However, when it comes to the sea lions and humans interacting, lifeguards have a challenge. If people get too close to the pinnipeds, the lions can be quite aggressive, and you suddenly have a dangerous safety situation. In fact, this past year, a portion of the point by the Cove was shut down, meaning no one is allowed onto the cliffs, public safety and marine mammal protection being the reasons. To be frank, some people made some unwise decisions in trying to get a photo.

What is more, when it comes to the sea lions and their swelling population in and around the Cove, the odor of their fecal matter emanating off the cliffs is a huge challenge to local businesses, especially those in the food and drink industry. Monies spent to neutralize the odor have not worked, and some people suggest that the sea lions have too much leeway and that human livelihoods should take precedence. It is an ongoing battle, one that likely will see no end.

As with any protected area, human impact is one of the biggest challenges. In peak season, La Jolla can be inundated with beach goers and what locals call an armada of kayakers. Snorkeling in the Cove can be an exercise in trying not to bump into humans. People stand on the reef and collect rocks and shells, which are prohibited. Lifeguards on the loudspeaker warn people of their wrong doing and I've seen them write citations for violations. Resource management plays out live, if you closely watch.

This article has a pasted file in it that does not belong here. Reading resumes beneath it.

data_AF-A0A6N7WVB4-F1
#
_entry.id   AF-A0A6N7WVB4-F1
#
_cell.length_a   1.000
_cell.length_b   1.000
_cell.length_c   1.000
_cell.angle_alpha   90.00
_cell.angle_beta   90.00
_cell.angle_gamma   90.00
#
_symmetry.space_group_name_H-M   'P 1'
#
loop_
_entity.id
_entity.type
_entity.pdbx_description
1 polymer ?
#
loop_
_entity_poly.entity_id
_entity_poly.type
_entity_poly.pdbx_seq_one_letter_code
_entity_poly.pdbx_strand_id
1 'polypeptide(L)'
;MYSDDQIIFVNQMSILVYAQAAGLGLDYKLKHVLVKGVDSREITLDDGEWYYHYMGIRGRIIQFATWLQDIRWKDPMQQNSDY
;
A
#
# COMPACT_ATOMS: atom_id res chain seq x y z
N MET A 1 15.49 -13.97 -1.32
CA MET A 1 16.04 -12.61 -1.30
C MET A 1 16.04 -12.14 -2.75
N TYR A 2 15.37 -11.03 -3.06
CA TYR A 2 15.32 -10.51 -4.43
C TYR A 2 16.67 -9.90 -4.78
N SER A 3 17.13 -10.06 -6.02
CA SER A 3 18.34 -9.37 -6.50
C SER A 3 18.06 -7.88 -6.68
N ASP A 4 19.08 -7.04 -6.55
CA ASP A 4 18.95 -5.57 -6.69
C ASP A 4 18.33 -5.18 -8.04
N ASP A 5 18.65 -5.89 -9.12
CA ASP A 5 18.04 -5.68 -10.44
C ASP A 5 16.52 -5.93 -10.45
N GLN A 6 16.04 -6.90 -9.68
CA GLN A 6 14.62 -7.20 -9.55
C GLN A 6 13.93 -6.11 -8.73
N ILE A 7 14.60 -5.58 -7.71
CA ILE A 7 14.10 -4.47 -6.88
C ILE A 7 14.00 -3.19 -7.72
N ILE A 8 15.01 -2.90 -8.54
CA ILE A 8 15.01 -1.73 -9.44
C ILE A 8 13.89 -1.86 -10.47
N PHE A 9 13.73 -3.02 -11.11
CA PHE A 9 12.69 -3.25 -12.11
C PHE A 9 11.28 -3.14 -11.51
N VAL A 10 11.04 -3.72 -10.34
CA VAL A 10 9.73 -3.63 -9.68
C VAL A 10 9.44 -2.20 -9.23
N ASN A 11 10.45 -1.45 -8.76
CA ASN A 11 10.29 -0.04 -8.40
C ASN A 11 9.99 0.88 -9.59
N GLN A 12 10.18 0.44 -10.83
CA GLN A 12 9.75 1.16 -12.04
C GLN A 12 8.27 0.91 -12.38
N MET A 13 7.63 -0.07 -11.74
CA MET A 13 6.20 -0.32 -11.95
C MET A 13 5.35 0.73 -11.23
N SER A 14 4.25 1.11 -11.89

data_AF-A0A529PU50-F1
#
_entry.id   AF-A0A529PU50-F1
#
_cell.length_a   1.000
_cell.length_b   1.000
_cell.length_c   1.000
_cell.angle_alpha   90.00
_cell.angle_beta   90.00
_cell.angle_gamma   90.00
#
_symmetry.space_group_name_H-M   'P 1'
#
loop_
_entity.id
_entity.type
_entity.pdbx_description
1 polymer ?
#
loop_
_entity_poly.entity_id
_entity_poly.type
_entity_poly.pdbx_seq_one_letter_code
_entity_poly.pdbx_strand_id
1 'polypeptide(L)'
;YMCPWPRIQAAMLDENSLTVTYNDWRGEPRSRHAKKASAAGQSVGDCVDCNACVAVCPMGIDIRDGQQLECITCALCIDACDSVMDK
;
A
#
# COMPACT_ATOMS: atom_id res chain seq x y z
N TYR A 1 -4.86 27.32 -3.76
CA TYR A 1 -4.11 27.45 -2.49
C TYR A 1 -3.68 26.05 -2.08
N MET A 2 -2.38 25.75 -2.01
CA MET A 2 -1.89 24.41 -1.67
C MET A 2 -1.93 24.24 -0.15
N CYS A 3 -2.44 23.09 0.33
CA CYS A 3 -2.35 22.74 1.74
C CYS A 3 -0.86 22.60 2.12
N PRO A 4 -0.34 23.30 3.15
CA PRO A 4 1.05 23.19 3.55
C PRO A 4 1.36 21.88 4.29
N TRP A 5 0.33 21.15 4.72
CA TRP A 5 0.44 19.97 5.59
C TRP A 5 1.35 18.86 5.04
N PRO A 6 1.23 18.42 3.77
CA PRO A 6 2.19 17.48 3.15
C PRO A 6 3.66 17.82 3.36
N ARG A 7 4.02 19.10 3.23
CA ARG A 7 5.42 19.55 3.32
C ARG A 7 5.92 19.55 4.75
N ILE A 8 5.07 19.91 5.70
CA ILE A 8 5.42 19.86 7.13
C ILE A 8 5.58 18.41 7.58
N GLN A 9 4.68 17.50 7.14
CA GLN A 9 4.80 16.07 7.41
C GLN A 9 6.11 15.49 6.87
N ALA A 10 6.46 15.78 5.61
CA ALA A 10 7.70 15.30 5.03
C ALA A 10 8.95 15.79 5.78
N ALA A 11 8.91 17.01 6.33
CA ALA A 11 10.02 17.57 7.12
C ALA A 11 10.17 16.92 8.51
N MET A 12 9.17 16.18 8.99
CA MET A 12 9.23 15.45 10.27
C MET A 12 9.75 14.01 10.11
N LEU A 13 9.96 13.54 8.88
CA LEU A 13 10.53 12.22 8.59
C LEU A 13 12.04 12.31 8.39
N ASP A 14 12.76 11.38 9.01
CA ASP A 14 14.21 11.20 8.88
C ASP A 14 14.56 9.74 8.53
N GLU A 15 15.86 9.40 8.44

All of this demonstrates the delicate balance of managing marine protected areas for what they are to be, while permitting humans  access to experience them. It is a great challenge, to say the least. In addition, La Jolla is unique in that it is home to the Scripps Institute of Oceanography at the University of California San Diego, where some of the world’s leading marine/ocean research programs have existed since 1903. Much needed science is conducted here, including climate change impact on protected areas.

Back in the water, I swam away from the leopard sharks, snorkel-in-mouth and sweeping fins on my feet. I decided to venture over towards the sea caves. I like to wander while snorkeling, getting into a rhythm that becomes like meditation. Along the way I saw stingrays here and there, sea bass, and juvenile garibaldis with iridescent blue-purple spots on their backs. The highlights, though, were my first sightings of a shovelnose guitarfish and a fairly good-sized bat ray. The excitement I felt reminded me of one of my first scuba experiences in the Bay Islands of Honduras and seeing a giant spotted eagle ray that had a 6-foot wingspan. Wonder and awe at the mystery of their lives was what I was feeling, as well as gratitude to be able to see and watch them in their home.

When I moved to San Diego eleven years ago, I had no idea how good the snorkeling was. To be honest, I did not even think of snorkeling at all, but it has now become a regular part of my life. I anticipate and look forward to the return of the leopard sharks and take comfort in  knowing they will be there. It is considered to be one of the largest annual gathering sites of leopard sharks in the world. La Jolla is their breeding and nursing ground, it is their home, and more than anything else, I am thankful to the people who protect that home by establishing marine protected areas.